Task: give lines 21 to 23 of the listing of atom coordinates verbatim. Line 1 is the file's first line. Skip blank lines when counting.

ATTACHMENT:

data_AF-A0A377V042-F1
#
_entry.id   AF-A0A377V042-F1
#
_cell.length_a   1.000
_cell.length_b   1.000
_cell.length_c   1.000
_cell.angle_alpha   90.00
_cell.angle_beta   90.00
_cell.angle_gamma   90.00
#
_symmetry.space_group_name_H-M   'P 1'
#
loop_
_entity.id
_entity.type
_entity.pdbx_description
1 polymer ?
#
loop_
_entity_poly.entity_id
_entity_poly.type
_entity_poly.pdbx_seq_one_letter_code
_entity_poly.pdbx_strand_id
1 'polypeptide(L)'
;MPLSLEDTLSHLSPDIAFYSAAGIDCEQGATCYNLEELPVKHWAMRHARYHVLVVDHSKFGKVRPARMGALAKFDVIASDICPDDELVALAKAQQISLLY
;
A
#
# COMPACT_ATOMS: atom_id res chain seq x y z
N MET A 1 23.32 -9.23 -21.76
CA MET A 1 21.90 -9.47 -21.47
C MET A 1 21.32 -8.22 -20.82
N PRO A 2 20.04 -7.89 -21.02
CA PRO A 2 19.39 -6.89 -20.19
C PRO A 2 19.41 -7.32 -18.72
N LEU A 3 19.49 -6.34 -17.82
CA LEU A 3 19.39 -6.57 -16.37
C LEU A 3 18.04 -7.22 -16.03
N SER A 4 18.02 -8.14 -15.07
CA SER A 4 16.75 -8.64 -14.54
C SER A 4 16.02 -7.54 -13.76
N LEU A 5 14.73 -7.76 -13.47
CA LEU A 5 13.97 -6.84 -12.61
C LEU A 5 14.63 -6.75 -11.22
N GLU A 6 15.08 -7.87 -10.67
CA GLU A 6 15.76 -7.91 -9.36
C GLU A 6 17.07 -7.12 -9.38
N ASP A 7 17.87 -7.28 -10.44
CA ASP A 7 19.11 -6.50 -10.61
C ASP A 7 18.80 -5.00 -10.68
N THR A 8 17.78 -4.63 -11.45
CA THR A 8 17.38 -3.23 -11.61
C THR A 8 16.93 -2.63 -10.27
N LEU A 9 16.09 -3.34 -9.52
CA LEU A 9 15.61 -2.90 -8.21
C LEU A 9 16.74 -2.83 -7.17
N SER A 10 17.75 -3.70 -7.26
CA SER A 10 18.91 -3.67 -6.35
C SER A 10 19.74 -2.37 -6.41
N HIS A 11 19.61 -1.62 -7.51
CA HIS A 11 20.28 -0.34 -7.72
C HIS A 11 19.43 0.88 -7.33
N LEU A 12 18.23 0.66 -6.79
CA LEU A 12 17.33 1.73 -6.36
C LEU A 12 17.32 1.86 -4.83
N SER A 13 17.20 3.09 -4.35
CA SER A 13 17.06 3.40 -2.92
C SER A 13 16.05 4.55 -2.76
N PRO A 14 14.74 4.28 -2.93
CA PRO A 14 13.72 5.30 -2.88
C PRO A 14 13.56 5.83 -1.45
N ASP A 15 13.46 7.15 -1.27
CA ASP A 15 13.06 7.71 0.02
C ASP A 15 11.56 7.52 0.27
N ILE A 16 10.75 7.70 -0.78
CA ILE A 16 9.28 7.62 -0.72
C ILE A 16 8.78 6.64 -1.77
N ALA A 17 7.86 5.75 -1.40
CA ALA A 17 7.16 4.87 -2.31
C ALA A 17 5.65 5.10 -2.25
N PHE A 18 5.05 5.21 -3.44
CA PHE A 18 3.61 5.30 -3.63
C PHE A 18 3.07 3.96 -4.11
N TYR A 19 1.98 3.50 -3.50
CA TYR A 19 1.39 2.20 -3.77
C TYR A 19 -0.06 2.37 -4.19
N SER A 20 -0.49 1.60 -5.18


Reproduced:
_entity_poly.entity_id
_entity_poly.type
_entity_poly.pdbx_seq_one_letter_code